Gently nestle the seasoned chicken breasts into the olive oil.  I really believe the care you give to the food you’re cooking and the fun you let yourself have comes out in the quality at the end.  Enjoy the process!  Listen to them sizzle as they hit the pan.  Give them a little bit of a wiggle so that the oil gets under them and they stick a little less.  Then let them be for a bit.

You want the one side of the chicken to sear a bit.  You don’t want to micromanage the food, poking it, looking at it, moving it around; you’ll anger it and it’ll decide it wants to ruin your dinner party.  Let it just rest until the one side is at least white (not pink), and preferably has a little color to it – just a bit.

If you’re impatient and you really just cannot resist doing something to it, show it some love by putting some more seasonings on the top side.

Once the chicken is ready on one side, go ahead and flip it over to give the other side some color.

chicken and onions

At this point I added the reserved half of the onions to the skillet to start to pick up some color and caramelize a bit.  To me, there are few flavors that really make a dish as interesting as caramelized onions.  Cook until the chicken breasts are nearly cooked about 10 minutes.

Chicken browning, veggies are on standby.

Chicken browning, veggies are on standby.

Once the onions have picked up color and the chicken breasts have as well, dump the tomato mixture into the pan with the chicken.  Stir the tomato mixture around the chicken gently so that the tomatoes and the chicken both have a chance to touch the bottom to continue cooking.

med chicken

Breathe in deeply and enjoy the smells.  Tangy, rich, bright, deep – they’re all there.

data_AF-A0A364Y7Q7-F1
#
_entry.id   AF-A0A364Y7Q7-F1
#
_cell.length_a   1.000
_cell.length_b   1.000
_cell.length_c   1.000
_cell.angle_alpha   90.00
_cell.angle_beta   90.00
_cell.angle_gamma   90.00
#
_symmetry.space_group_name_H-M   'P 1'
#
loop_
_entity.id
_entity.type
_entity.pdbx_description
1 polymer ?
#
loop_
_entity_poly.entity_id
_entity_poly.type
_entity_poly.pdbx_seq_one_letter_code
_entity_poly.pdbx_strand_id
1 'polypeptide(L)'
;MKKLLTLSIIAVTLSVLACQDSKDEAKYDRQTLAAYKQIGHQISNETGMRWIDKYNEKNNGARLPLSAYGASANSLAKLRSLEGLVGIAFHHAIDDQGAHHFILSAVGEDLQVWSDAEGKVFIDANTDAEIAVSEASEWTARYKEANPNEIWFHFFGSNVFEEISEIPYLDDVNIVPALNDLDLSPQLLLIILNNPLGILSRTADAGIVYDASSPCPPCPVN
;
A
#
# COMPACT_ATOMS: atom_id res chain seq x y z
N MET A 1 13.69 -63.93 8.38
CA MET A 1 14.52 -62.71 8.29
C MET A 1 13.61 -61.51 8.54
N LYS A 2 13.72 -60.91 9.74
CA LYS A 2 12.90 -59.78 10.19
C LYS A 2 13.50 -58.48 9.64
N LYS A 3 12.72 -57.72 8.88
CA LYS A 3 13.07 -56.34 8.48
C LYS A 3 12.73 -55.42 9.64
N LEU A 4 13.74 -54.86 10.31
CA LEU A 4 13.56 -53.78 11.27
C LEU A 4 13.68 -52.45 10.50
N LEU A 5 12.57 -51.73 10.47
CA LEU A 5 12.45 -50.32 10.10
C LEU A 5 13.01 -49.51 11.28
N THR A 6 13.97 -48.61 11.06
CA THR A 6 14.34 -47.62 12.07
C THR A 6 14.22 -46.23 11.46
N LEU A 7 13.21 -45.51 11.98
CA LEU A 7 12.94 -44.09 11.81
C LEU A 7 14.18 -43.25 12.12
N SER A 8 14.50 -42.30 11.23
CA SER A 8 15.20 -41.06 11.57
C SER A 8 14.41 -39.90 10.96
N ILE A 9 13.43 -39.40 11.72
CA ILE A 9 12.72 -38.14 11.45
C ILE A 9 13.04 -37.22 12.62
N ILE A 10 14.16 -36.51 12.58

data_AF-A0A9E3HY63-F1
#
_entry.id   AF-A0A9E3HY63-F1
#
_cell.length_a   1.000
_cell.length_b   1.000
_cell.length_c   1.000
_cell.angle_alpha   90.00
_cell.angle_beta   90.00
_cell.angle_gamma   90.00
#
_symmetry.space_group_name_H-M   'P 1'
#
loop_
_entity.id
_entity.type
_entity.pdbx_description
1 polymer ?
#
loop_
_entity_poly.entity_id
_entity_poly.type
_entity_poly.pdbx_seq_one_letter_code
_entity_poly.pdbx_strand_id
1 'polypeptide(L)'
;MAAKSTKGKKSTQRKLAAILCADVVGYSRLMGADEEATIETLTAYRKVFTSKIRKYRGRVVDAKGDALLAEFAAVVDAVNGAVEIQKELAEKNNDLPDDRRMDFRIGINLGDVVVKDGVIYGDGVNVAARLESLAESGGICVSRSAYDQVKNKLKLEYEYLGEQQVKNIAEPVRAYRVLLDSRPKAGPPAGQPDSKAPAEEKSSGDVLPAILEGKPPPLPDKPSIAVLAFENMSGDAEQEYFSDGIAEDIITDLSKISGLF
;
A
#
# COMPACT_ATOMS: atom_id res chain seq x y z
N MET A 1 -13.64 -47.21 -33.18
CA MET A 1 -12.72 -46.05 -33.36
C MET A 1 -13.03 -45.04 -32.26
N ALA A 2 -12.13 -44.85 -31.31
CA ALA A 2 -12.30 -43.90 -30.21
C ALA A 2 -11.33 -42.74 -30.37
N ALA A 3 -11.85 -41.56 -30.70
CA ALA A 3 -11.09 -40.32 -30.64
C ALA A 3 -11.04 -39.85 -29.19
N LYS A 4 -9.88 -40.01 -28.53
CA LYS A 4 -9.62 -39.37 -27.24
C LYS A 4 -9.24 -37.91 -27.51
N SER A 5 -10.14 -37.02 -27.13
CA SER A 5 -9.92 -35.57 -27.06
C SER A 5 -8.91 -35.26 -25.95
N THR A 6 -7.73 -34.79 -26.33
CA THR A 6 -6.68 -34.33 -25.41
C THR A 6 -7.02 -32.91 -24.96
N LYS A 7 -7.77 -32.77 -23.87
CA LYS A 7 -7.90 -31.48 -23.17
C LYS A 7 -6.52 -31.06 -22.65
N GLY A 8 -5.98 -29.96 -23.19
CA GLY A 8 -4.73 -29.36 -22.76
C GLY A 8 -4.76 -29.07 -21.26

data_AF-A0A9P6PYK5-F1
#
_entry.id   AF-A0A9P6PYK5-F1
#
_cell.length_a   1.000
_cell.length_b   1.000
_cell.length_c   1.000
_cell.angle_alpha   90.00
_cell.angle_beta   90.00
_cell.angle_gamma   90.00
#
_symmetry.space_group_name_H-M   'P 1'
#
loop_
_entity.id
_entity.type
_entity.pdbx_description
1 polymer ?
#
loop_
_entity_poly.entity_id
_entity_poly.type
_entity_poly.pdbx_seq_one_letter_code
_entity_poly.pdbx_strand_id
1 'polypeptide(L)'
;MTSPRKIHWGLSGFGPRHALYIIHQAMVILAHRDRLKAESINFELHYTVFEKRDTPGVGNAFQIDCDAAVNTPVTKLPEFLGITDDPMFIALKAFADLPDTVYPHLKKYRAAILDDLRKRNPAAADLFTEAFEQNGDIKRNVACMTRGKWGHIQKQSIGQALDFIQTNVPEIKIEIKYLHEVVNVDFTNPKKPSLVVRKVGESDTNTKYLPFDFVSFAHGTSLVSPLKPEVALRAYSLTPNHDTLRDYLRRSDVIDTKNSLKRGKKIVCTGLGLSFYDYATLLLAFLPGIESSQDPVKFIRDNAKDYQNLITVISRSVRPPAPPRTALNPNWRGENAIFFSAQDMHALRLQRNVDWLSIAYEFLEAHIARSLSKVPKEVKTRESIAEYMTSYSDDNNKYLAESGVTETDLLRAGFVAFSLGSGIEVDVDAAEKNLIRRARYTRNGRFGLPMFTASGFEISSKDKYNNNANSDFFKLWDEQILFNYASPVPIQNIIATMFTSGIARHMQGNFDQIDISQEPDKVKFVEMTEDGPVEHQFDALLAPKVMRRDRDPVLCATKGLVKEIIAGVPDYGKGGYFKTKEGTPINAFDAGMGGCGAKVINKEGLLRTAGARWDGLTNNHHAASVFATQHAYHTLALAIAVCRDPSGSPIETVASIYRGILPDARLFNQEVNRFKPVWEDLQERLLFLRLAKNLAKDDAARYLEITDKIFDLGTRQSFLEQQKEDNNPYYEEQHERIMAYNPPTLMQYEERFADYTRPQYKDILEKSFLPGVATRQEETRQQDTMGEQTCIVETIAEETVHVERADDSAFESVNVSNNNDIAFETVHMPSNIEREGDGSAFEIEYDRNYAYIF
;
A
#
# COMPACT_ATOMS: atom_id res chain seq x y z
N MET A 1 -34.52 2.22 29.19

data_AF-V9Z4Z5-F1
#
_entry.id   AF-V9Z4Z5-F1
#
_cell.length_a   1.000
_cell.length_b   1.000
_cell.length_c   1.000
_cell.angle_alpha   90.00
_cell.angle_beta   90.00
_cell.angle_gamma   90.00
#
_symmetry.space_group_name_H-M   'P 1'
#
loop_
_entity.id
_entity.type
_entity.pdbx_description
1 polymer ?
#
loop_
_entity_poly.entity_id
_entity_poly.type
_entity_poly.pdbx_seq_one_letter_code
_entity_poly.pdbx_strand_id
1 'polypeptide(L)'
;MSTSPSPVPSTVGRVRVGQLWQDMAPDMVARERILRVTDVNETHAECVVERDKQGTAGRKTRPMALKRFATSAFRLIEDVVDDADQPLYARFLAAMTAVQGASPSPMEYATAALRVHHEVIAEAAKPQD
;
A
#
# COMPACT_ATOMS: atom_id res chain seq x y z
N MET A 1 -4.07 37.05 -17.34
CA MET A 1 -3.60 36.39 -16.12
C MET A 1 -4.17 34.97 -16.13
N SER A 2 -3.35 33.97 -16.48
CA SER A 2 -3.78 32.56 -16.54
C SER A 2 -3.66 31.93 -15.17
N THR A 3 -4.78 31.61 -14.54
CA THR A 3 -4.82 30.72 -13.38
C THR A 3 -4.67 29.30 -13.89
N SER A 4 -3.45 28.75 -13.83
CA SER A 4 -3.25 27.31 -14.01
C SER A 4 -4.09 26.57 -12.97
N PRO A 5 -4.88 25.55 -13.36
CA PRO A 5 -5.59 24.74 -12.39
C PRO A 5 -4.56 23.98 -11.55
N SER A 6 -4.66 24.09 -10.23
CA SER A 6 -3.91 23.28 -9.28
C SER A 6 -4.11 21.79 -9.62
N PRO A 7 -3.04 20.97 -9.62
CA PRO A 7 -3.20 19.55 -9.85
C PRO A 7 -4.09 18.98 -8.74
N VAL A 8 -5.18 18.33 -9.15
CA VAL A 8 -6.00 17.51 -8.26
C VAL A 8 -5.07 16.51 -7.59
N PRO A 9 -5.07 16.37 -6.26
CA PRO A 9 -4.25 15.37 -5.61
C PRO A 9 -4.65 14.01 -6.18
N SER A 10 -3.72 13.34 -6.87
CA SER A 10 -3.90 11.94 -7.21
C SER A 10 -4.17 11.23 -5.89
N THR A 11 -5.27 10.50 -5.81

med chicken close

Turn down your heat to medium/medium-low so that you don’t cook this too quickly.  The goal is to let the tomatoes cook down and lose their structure, but not to burn them or let them get too mushy.

Go in occasionally and use a spoon to lift up the cooked tomatoes, put them on the chicken, and let the still-uncooked tomatoes get their turn at the bottom of the pan.

Once about half of the tomatoes are cooked down, I turn the chicken over.  Use a spoon to pick up the juices from the tomatoes and bathe the chicken pieces in them.  Take your lemon juice and sprinkle over the top of the chicken pieces, season with a little more salt and pepper – just a little.

When all of the tomatoes are done and the chicken is complete, about 15 minutes, put 2-3 pats of butter into the sauce and stir it in to finish your sauce.  Get your warm plates ready.

For this dish, I put the potatoes on the plate first.  Then you serve the chicken beside it, or on top of the potatoes.  That being said, I think serving them on the side is best because the roasted potatoes keep crisp and you can always drag them over to the tomato sauce to pick up some of the goodies.  Yum!!

Sprinkle a tiny bit of fresh goat cheese crumbles on top of the chicken.  Then be sure to eat some of the extra goat cheese because it is Just That Good!!

Just look at that.

med chicken plated 2

This is a dish that is piquant, warm, so easy to cook, and very pretty with its reds and greens topping the beautiful golden chicken.  Be sure to share it with friends and family.

med chicken plated for 2